…I just removed part of the bread from the oven…I had too much dough for my 9×5 pan once I had added all of the additional flour, so I put a small amount in a smaller baking dish…pulled it out early and had a taste. Not bad. Needs a little more salt or sugar, not sure which. And it is missing that “yeasty” taste that I am used to. But, it has the air bubbles and everything. Just like regular bread…still, I won’t get my hopes up for the actual loaf. Most wheat and egg free things I have made by the loaf have been really dense and wet in the center.

  27. The actual loaf turned out kind of bland, but looked like real bread. I will chalk that up to my addition of so much additional flour. It was fine consistency wise when it first came out, but dried out and became hard quickly. Again, my addition of so much extra flour. So, what should the dough look like once all the wet ingredients are added in? How thick or thin? Note I do have to use the flax substitute instead of real eggs.

    Also, I have read that masa harina is dried hominy…I am wondering if I could just use a can of hominy and reduce the wet ingredients? Anyone else tried this?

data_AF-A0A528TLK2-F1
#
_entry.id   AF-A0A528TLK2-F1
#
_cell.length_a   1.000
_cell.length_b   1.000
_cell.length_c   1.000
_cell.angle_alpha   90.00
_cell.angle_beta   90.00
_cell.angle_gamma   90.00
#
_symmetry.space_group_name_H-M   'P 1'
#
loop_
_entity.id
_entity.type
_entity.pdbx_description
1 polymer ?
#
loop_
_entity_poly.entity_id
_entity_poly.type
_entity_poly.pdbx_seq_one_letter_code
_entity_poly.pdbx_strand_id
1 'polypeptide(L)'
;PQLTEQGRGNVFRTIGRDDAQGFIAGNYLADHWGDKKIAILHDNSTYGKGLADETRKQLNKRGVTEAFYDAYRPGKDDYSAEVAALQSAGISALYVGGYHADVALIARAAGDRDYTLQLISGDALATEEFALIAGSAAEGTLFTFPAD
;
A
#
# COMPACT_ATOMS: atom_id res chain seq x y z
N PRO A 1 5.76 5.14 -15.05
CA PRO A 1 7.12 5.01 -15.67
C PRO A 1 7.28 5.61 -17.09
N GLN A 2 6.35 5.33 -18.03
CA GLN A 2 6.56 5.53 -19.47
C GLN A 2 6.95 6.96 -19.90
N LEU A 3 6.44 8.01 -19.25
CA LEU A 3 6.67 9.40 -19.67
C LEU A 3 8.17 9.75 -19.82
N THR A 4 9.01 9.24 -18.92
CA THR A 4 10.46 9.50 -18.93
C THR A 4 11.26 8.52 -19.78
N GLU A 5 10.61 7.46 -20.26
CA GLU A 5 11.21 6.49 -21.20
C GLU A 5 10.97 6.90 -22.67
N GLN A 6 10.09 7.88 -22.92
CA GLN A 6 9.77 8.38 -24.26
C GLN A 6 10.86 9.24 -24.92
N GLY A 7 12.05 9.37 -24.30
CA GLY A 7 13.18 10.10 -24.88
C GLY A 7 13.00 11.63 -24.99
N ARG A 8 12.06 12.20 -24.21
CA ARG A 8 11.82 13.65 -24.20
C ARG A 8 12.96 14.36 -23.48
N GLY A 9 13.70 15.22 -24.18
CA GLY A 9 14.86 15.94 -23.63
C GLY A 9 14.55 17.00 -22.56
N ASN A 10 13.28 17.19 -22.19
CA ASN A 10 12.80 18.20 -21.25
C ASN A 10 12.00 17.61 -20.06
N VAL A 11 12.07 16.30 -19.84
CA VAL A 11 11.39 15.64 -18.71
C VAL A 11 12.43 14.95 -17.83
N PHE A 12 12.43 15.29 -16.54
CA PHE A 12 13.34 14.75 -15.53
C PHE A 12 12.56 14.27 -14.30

28. Martha Mitchell says:

    If the Pope calls me and asks for a suggestion for someone to raise to sainthood, I’m giving him your name, Mary Frances. You are a genius! My 4 year old granddaughter has a gluten intolerance and I tried multiple bread recipes, trying to find one for “squishy” bread. Your recipe with the soy flour in the mix was adequate but, when I switched the soy flour to sorghum flour (as you also suggested) I got GREAT results. My daughter has now also tried the cornbread and Apple Spice Pancakes with the flour mix and all are terrifice. Tonight, we had your biscuits–actually fluffy. She can now fix spaghetti with quinoa pasta, salad, and these biscuits and not have to tell people the meal is gluten-free. Thank you SOOOO much.

  29. Extremely frustrated. Made the perfect loaf of bread a couple of weeks ago. Every loaf from then on, has had something happen to it. Today is rose fine, and then in the oven over rose, and when I pulled it out it deflated. HELP!!!!

  30. Lesley,
    I had a similar problem with over rising, so decided to check my oven temperature with a separate oven thermometer. Lo and behold, it was not maintaining a constant temp…as a matter of fact, it varied by as much as 75 degrees from start to finish. I tried baking my product (muffins that day) in a neighbor’s oven and voila… worked perfectly…confirming the problem with my oven. I hope this works for you, too.

  31. Kimberly Cooper says: